D-Ribose is a simple sugar with a lot of power. It is one of the building blocks of RNA (genetic material) and also the basis for production of adenosine triphosphate, otherwise known as ATP. ATP is the compound we use to supply energy to our skeletal muscle and heart. Every cell in the body uses ATP for processes such as respiration, digestion and tissue regeneration. Our body makes its own D-Ribose from food but this is a slow process, and the levels deplete in those who exercise at extreme levels or worse, those suffering from cardiovascular issues.
In fact, D Ribose is cited in research as an essential nutrient for protection and recovery in cardiovascular disease. A study in The European Journal of Heart Failure shows that ribose appears to improve heart function and quality of life among patients by increasing levels and availability of ATP.
In a study cited below, 16 class III-IV, heart failure patients were supplemented with 15 grams of D-Ribose daily for eight weeks. The results were that D-Ribose supplementation improved the ventilation efficiency in advanced heart failure patients by 16% and Vo2 by 19%.
There is a short amount of time in which you can help repair your body following a heart attack. Ischemia (restricted flow of oxygen/blood) can cause massive depletion of ATP in the heart muscle. Depletion in ATP can result in the reduction in diastolic function meaning that the heart takes in less blood when it relaxes.
D-Ribose helps myocardial cells, restoring ATP, increasing contractions and increasing the amount of blood flow into the heart, thus preventing “reperfusion injury” and free-radical damage to the tissue.
Prevention each day would be better, but with sugar?
Although ribose is called sugar, ribose is metabolised in an entirely different way to regular blood raising sugars, such as glucose, fructose, and sucrose. Our bodies use sugars to fuel ATP turnover, but while other sugars increase blood glucose levels, and create spikes in insulin secretion and weight gain, ribose does not. On its own, ribose causes a minor decrease in blood sugar levels. When taken with other carbohydrates ribose can help modulate blood sugar spiking.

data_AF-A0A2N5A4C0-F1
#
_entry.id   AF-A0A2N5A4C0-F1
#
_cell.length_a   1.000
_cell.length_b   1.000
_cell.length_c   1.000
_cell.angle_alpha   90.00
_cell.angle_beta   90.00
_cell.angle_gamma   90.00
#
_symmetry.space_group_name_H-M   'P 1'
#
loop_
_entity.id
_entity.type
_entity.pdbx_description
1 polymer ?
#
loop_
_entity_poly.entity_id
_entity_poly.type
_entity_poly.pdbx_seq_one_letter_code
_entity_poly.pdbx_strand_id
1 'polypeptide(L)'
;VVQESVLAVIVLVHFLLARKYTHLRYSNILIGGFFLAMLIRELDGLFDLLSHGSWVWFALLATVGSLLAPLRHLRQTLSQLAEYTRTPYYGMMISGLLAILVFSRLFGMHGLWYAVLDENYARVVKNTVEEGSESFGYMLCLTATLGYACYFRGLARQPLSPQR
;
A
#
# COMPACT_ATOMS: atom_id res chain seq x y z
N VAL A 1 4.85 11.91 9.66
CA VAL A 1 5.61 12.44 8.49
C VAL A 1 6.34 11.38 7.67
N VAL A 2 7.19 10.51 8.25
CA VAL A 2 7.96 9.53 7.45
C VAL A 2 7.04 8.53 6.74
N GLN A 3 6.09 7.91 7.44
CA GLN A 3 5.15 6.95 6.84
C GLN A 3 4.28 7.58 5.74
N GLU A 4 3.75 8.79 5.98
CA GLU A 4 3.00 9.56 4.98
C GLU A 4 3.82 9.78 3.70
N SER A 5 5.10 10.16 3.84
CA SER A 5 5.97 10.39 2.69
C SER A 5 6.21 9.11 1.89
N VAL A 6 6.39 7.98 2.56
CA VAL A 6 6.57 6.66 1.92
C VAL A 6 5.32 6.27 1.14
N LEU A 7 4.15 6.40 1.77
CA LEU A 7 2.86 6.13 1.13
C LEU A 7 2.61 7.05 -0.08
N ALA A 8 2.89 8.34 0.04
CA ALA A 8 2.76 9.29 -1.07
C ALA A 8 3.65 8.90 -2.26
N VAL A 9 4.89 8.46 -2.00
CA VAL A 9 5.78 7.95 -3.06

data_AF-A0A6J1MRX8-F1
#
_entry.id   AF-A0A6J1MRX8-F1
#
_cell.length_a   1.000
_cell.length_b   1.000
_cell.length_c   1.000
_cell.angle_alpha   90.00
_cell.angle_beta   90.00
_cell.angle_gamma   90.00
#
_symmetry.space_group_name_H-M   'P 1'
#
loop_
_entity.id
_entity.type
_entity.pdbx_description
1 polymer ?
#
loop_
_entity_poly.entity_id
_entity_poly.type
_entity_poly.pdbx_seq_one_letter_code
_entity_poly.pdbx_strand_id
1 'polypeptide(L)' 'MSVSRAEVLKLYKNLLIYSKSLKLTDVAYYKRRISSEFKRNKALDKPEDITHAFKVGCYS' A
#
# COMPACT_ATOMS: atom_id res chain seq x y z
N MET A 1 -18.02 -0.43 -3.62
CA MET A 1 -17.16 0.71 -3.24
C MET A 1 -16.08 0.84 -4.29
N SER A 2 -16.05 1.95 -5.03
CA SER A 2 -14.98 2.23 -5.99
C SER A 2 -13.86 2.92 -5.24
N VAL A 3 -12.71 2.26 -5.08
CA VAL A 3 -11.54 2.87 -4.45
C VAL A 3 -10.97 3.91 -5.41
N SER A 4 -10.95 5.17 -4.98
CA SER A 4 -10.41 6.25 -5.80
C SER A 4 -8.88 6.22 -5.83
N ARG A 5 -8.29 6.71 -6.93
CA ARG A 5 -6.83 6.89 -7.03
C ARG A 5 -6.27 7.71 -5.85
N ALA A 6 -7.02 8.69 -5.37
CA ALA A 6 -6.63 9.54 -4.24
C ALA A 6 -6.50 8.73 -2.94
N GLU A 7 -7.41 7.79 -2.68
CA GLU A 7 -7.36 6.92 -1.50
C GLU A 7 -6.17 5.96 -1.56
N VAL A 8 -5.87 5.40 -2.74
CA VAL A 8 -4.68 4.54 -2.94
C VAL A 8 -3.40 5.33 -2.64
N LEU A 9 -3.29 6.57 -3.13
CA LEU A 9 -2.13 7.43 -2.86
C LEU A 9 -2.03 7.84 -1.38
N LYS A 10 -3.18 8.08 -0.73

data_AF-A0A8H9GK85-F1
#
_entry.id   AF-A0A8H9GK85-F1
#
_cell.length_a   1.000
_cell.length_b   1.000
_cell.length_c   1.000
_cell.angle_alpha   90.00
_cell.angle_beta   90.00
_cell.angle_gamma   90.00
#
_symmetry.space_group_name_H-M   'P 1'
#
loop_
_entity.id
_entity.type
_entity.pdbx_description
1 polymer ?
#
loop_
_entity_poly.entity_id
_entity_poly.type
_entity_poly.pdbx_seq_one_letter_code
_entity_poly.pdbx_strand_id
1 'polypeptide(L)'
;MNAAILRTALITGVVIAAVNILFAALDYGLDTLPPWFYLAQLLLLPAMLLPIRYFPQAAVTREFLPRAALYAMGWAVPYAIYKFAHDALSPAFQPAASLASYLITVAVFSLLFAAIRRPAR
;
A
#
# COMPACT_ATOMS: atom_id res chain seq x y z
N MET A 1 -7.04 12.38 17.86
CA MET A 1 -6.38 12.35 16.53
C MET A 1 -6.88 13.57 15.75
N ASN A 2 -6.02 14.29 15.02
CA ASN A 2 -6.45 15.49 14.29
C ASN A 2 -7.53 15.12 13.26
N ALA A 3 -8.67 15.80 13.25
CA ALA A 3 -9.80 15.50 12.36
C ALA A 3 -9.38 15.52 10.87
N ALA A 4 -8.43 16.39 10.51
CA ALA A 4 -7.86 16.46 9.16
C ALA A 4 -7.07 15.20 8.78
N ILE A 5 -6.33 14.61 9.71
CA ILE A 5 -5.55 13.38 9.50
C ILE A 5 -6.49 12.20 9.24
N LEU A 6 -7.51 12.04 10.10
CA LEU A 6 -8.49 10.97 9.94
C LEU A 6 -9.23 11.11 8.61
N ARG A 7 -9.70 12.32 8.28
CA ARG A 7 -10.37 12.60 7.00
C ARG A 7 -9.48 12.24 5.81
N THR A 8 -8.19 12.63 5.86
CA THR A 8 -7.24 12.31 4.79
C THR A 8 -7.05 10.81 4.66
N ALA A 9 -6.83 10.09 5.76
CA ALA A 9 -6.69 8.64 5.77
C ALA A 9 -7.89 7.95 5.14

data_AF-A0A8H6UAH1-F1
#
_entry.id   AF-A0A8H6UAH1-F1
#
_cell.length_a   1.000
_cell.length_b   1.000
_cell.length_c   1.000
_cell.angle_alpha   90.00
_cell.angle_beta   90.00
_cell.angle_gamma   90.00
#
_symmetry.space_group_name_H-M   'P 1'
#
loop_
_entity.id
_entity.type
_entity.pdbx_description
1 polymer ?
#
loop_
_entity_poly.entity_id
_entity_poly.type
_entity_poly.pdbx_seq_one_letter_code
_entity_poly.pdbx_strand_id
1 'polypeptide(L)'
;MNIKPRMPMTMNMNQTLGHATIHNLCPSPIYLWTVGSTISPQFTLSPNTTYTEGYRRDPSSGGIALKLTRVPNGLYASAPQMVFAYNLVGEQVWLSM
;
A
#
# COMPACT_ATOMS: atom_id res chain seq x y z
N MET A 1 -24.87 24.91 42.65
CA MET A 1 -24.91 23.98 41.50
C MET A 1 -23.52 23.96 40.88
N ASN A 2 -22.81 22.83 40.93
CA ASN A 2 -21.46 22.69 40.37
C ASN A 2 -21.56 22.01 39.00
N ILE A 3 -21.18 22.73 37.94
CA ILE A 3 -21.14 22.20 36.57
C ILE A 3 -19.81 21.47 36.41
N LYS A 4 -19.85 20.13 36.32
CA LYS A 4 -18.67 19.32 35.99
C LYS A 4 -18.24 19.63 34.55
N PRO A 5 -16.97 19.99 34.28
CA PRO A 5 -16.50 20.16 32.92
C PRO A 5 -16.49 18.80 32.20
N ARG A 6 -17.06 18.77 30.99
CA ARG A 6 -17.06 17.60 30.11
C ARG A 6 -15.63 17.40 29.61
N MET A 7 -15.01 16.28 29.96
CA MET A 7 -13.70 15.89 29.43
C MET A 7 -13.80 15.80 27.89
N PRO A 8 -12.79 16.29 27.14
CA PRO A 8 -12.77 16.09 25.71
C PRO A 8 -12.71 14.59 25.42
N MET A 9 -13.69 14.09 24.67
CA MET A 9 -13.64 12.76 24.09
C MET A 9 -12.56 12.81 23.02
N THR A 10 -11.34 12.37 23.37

First of all, it is essential to choose a 100% pure, no compromises in production, a high quality product such as Sweet Cures High Energy D-Ribose™ . Next, it is important to take a clinically effective dosage (you may wish to discuss this with your healthcare team who know your situation best). 5 grams equates to a teaspoon of D-Ribose sugar. It can be mixed with water or used in the place of sugar for instance on breakfast cereal. The following broad guidelines that are considered effective will help you choose a dosage:
It would be helpful to work with a doctor who knows you well and has researched D Ribose and its amazing benefits. However, if you are pregnant or breastfeeding or suffer from diabetes, you MUST seek support from your healthcare provider before taking a D Ribose supplement.
Int J Cardiol.2009 Sep 11; 137(1):79-80. doi: 10.1016/j.ijcard.2008.05.025. Epub 2008 Jul 31.
D-Ribose aids advanced ischemic heart failure patients.
MacCarter D, Vijay N, Washam M, Shecterle L, Sierminski H and St Cyr JA
Pauly DF, Pepine CJ. D-Ribose as a supplement for cardiac energy metabolism. J Cardiovasc Pharmacol Ther. 2000 Oct; 5(4):249-58.
Omran, H, et al. D-Ribose improves diastolic function and quality of life in congestive heart failure patients. European J Heart Fail, Vol. 5, No. 5, October 2003, pp. 615-19
MacCarter, D, et al. D-Ribose aids advanced ischemic heart failure patients. International Journal of Cardiology, Vol. 137, No. 1, September 11, 2009, pp. 79-80
Smolenski RT, Raisky O, Slominska EM, et al. Protection from reperfusion injury after cardiac transplantation by inhibition of adenosine metabolism and nucleotide precursor. 2001 Sep 18; 104(12 Suppl 1):I246-52.
Wyatt DA, Ely SW, Lasley RD, et al. Purine-enriched asanguineous cardioplegia retards adenosine triphosphate degradation during ischemia and improves post ischemic ventricular function. J Thorac Cardiovasc Surg. 1989 May; 97(5):771-8
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